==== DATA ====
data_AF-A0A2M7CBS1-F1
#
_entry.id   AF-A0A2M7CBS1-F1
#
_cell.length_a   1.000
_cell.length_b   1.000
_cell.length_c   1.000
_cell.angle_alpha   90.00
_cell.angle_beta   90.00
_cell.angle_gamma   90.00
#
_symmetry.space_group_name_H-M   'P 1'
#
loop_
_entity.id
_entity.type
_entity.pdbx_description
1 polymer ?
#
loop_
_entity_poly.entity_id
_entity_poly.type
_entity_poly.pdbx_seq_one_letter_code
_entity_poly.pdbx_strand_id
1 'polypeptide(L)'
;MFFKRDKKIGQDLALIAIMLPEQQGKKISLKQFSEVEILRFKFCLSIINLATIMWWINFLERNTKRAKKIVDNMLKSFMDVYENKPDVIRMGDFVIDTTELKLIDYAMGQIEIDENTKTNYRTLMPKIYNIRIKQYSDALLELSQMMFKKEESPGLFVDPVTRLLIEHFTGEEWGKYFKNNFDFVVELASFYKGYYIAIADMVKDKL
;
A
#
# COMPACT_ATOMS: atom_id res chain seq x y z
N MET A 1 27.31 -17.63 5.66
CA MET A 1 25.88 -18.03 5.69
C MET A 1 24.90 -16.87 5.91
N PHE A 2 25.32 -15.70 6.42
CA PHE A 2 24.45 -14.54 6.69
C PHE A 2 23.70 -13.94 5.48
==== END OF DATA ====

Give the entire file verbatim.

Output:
data_AF-A0A2M7CBS1-F1
#
_entry.id   AF-A0A2M7CBS1-F1
#
_cell.length_a   1.000
_cell.length_b   1.000
_cell.length_c   1.000
_cell.angle_alpha   90.00
_cell.angle_beta   90.00
_cell.angle_gamma   90.00
#
_symmetry.space_group_name_H-M   'P 1'
#
loop_
_entity.id
_entity.type
_entity.pdbx_description
1 polymer ?
#
loop_
_entity_poly.entity_id
_entity_poly.type
_entity_poly.pdbx_seq_one_letter_code
_entity_poly.pdbx_strand_id
1 'polypeptide(L)'
;MFFKRDKKIGQDLALIAIMLPEQQGKKISLKQFSEVEILRFKFCLSIINLATIMWWINFLERNTKRAKKIVDNMLKSFMDVYENKPDVIRMGDFVIDTTELKLIDYAMGQIEIDENTKTNYRTLMPKIYNIRIKQYSDALLELSQMMFKKEESPGLFVDPVTRLLIEHFTGEEWGKYFKNNFDFVVELASFYKGYYIAIADMVKDKL
;
A
#
# COMPACT_ATOMS: atom_id res chain seq x y z
N MET A 1 27.31 -17.63 5.66
CA MET A 1 25.88 -18.03 5.69
C MET A 1 24.90 -16.87 5.91
N PHE A 2 25.32 -15.70 6.42
CA PHE A 2 24.45 -14.54 6.69
C PHE A 2 23.70 -13.94 5.48